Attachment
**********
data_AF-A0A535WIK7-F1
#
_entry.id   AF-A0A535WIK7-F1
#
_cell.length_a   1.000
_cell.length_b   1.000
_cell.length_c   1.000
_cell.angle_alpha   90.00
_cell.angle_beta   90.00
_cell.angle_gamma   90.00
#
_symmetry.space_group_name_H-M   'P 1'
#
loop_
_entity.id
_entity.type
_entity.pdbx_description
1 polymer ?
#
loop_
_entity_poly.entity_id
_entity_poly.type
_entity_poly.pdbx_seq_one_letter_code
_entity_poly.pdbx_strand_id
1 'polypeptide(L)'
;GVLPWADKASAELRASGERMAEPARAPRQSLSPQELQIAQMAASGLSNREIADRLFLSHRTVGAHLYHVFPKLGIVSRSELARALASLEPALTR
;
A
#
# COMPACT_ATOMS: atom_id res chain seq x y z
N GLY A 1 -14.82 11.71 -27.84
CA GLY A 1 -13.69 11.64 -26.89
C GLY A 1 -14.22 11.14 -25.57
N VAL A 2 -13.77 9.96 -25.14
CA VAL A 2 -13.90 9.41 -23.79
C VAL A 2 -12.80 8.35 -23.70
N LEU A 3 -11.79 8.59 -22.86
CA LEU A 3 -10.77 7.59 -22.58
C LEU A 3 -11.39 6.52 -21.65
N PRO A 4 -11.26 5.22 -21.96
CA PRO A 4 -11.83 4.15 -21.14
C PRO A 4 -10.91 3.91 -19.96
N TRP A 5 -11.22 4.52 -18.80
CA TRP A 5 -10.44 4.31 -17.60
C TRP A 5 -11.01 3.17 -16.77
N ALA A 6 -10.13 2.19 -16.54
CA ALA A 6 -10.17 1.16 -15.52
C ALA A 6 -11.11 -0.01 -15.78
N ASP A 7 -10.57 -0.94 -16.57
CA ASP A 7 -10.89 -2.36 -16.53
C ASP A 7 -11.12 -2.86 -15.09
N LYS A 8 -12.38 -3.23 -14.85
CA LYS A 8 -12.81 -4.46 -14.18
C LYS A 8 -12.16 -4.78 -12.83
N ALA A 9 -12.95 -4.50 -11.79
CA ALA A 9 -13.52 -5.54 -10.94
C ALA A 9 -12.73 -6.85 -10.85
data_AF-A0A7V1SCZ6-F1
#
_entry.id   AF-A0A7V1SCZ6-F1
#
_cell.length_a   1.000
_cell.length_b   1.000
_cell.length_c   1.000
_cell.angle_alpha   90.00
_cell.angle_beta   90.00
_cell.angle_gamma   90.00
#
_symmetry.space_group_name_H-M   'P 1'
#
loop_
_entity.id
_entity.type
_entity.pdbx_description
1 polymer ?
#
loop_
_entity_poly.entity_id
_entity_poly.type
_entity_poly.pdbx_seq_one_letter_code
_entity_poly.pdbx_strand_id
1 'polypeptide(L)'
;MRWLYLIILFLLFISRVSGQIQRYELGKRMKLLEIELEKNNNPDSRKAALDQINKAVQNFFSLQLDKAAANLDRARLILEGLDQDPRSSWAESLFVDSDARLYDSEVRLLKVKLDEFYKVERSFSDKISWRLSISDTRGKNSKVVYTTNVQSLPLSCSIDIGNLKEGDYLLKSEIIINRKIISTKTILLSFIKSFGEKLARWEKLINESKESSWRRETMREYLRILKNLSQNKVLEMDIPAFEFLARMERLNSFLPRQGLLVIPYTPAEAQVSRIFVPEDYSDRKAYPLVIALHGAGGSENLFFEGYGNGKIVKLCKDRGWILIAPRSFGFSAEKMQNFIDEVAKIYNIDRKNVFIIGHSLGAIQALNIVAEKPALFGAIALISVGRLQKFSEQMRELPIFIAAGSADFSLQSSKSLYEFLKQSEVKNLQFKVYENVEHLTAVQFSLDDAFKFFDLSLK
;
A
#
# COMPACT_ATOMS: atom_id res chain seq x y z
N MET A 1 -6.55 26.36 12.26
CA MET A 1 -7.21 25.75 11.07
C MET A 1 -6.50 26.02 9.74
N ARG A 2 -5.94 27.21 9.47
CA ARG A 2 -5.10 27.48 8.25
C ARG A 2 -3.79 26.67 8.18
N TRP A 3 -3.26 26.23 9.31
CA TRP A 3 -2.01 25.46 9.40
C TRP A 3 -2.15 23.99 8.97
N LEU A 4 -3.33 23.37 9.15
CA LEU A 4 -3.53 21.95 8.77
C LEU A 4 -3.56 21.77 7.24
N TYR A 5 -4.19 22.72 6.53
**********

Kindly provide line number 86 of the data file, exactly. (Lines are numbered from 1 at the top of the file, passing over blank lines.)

#